Monday, July 7, 2003

Peter Nixon gets us started on Catholic Without Qualifiers

In the end, I think we have to understand that arguments about both the cognitive and practical aspects of Christian faith have been with us since the beginning. We need to find ways of having these arguments without tearing our parishes and the wider Church apart. Sticking labels on ourselves or on others usually a means of cutting off the discussion. It suggests that I don’t really have to listen to what someone else is saying because, after all, they are an EWTN-watching reactionary/a National Catholic Reporter reading dissident.

I agree with Peter on this and on his other points, and I will add a few, disconnected thoughts.

I see the growth of the need to qualifiy our Catholic identity as the result of several factors:

Information technology, and no I don't just mean the internet. I mean the printing press and everything since. Time was, your average Catholic living in your average medieval village didn't know much of what he was "supposed" to believe beyond the basics - even as those basics were hotly debated and evolved in expression over time. Arianism wasn't a divisive, destructive heresy because one Alexandrian cleric preached it. It was what it was because it spread and was passionately held onto by large chunks of folks throughout the Empire.

But despite that, it really was a simpler world with fewer "demands" on believers, if you will. Popes issued statements, councils issued edicts, theologians wrote, and there was always a segment of engaged Christians, ordained, vowed and yes, lay, who were aware and engaged in sorting out faith identity in those terms, but I think it's safe to say that in a way, it was simpler to think of oneself as simply a "Catholic" or a "Christian" in a time in which poor communication and a slower life sharply circumscribed the way most people experienced their faith - and the options within it. What I'm saying (I think) is that I have no doubt that Catholics of 12th century Spain were just as varied in their approaches to their faith as 21st century American Catholics. The difference? No means of communicating that variation to others on a broad scale, probably no concern with doing so, and in general, a sense that there was no reason to do so - a sense of one's small spot in the universe, perhaps?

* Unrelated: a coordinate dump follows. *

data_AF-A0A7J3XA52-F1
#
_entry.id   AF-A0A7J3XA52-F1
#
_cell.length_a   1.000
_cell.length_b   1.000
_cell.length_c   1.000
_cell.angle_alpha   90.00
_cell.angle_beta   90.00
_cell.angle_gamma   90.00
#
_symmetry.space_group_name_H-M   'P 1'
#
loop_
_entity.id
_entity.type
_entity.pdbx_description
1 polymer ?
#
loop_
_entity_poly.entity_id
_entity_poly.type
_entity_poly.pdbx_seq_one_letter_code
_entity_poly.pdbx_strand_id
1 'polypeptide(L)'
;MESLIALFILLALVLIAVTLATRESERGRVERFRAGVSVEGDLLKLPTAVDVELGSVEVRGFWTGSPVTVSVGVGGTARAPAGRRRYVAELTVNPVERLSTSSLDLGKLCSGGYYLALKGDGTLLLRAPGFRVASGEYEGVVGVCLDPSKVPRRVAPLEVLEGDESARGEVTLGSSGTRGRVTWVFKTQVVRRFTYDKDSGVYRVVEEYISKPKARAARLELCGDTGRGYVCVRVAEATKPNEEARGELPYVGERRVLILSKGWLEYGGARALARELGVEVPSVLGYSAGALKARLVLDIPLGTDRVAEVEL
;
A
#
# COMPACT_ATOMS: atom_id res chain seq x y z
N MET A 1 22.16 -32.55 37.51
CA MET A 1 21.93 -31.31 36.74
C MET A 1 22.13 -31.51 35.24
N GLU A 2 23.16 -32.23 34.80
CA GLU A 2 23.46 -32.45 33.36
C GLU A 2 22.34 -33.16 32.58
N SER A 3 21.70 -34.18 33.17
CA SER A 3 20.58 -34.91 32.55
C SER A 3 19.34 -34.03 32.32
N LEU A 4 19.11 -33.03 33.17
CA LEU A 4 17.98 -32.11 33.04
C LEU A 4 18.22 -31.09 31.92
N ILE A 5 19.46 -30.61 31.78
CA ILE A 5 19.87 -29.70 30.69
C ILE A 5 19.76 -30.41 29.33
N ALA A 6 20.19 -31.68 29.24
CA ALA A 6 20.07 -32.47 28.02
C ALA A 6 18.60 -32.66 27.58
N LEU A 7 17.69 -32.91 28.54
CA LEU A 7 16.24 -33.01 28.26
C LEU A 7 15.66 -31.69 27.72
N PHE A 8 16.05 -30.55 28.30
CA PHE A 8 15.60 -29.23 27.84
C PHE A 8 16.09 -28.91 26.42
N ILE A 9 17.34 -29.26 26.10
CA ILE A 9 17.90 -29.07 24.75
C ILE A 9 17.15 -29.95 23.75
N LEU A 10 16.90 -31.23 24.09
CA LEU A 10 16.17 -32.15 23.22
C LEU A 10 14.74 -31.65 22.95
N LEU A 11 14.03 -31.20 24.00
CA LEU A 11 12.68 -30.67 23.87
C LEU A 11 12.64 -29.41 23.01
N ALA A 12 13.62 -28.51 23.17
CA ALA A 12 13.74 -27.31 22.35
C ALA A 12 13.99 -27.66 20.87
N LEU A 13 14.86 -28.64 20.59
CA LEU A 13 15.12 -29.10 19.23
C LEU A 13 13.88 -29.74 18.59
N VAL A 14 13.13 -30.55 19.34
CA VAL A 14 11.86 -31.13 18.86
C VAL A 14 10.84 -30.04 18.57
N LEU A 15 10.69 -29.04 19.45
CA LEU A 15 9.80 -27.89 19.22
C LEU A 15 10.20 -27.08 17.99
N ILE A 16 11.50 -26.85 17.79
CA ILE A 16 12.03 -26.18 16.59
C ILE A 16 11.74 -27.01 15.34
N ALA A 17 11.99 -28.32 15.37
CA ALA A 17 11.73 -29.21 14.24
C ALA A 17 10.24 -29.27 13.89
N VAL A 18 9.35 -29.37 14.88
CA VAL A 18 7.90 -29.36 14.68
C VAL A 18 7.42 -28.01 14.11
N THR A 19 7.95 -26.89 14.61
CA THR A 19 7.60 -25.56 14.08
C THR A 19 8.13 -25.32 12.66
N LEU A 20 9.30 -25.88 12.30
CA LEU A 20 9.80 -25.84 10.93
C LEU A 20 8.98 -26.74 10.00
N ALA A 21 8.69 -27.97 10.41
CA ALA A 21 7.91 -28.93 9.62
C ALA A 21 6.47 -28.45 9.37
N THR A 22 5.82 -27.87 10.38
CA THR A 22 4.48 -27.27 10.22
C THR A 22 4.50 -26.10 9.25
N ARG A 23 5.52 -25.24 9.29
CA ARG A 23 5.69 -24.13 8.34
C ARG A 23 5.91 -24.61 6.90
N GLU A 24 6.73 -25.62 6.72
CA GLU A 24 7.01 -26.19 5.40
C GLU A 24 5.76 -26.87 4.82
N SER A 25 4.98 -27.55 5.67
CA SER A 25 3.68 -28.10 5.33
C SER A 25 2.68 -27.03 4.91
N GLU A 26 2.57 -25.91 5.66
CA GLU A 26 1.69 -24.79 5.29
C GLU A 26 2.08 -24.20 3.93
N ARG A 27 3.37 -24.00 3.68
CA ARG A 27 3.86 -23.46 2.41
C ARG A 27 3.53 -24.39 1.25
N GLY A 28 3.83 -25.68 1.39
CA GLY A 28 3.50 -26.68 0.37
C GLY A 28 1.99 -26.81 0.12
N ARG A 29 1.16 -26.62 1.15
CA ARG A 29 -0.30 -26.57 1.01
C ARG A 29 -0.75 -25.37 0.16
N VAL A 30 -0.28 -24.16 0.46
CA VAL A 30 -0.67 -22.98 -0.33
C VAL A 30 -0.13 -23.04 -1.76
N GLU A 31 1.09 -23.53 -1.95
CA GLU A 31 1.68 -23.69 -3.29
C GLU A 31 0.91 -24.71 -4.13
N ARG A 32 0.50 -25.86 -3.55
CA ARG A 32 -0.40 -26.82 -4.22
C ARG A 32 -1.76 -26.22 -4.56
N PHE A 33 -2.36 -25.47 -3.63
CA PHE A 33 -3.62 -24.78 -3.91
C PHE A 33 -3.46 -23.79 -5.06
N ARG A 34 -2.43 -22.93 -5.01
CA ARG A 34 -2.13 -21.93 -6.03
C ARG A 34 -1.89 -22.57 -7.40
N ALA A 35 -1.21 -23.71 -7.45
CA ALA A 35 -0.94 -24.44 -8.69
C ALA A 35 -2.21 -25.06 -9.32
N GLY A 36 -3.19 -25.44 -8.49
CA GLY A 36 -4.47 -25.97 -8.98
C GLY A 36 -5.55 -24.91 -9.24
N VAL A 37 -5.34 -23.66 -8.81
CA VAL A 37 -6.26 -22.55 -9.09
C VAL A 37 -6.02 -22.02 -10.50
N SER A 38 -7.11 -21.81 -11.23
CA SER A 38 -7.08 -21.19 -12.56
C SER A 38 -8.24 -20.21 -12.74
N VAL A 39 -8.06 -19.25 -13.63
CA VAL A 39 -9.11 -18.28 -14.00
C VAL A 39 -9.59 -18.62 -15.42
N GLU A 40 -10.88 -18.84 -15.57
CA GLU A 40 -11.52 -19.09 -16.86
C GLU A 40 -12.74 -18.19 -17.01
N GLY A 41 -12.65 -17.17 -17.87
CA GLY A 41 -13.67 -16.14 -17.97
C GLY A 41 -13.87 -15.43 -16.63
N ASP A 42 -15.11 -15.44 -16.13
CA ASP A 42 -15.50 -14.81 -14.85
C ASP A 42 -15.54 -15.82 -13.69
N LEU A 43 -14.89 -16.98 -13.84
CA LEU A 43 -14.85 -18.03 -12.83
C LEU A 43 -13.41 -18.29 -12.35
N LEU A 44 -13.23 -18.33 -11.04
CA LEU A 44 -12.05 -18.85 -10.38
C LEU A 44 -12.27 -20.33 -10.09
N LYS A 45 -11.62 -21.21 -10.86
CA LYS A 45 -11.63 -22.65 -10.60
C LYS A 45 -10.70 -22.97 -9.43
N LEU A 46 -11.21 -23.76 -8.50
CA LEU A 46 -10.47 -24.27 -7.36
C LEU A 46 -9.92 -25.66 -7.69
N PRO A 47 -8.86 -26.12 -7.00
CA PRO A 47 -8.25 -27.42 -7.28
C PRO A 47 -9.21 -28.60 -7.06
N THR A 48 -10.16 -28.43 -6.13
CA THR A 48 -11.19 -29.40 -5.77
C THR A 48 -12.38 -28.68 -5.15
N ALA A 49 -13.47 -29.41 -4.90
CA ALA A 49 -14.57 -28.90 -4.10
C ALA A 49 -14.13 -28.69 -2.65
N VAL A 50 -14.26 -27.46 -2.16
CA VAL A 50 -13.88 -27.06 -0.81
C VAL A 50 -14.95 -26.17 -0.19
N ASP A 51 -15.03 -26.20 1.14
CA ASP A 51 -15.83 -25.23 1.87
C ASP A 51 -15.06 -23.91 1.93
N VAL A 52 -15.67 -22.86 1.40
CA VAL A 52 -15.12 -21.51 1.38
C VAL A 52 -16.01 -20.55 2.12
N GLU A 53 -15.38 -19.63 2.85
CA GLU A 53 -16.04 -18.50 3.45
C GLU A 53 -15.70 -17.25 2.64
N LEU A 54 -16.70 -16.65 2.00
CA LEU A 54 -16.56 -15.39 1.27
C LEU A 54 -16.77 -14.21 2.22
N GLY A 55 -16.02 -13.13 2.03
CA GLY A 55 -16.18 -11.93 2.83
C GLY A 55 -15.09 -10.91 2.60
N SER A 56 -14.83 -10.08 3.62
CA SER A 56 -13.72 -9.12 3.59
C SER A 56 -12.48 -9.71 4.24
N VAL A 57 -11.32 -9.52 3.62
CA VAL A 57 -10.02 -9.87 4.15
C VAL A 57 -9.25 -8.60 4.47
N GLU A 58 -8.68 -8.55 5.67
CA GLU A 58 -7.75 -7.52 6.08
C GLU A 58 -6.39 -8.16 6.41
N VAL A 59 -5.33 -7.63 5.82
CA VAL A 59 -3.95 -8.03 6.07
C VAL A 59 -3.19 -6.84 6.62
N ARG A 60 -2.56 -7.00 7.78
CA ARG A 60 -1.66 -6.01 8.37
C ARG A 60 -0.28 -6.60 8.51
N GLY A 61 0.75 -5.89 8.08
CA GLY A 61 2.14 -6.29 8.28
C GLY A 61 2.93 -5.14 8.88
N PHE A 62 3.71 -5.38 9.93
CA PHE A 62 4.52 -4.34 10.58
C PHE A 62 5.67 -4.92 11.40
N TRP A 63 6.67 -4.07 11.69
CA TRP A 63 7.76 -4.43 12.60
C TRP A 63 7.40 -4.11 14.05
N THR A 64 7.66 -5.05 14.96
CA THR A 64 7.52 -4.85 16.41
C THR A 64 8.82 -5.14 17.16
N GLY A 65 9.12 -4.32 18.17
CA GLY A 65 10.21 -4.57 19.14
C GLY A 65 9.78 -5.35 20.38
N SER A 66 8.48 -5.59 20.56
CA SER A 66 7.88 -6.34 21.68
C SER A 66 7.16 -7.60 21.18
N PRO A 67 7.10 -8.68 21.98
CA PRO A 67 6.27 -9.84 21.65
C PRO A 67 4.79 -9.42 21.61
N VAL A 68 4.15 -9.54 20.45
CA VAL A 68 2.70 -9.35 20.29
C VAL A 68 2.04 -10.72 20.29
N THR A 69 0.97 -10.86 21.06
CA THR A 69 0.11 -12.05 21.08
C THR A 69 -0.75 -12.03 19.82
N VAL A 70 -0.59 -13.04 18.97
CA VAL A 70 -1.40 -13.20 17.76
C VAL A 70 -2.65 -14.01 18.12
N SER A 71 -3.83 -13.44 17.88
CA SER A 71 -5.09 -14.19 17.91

Secondly, the whole notion of heresy. This is interesting and contentious, but, I think, worth talking about. There has been great diversity within Catholicism over the centuries, but there have also been attendant and regular identifications of certain currents of thought, from Arianism to Jansenism to Gallicanism to Modernism as heretical. I think the absence of any sense of "heresy" in the contemporary Church is fascinating, when you think about it and compare it to past eras, and part of the issue here.

Finally, the decline of religious orders. I'm not saying that religious orders throughout history have been loci of "less-than-Catholic" thinking, but an interesting argument can be made that the Catholic Church has handled the stresses and strains of diversity v. unity, in part, through the multiplicity of religious orders with various charisms and emphases and even competing visions.

(Please remember, I'm not making supportable historical arguments here. I'm musing. With Dora the Explorer on the television, no less.)

But that was then, this is now.

As one commentor snidely commented, are we looking for an "I'm okay-you're okay" style of Catholicism? Not at all. I have no answers, but I have concerns. I just don't like the attachment to the qualifiers instead of the attachment to Christ. Complicated, of course, by the conviction of all parties that they are putting Christ at the center - Christ as the authoritative teacher whose authority rests in the Magisterium, Christ the one who dined with sinners, Christ the judge, Christ the reconciler......

There are, indeed, great differences that separate the parishioners of St. Joan of Arc in Minneapolis (Mark's favorite parish) and the seminarians at the traditional seminary in Nebraska, and perhaps the former will, at some point, go the way of Spiritus Christi in Rochester and separate themselves from the Church, but I don't know.

But until then, I am not satisfied with a politicized Catholicism, and I am looking for the moment when all of us can put away our pride and our attachment to our positions and look to Christ as our definer.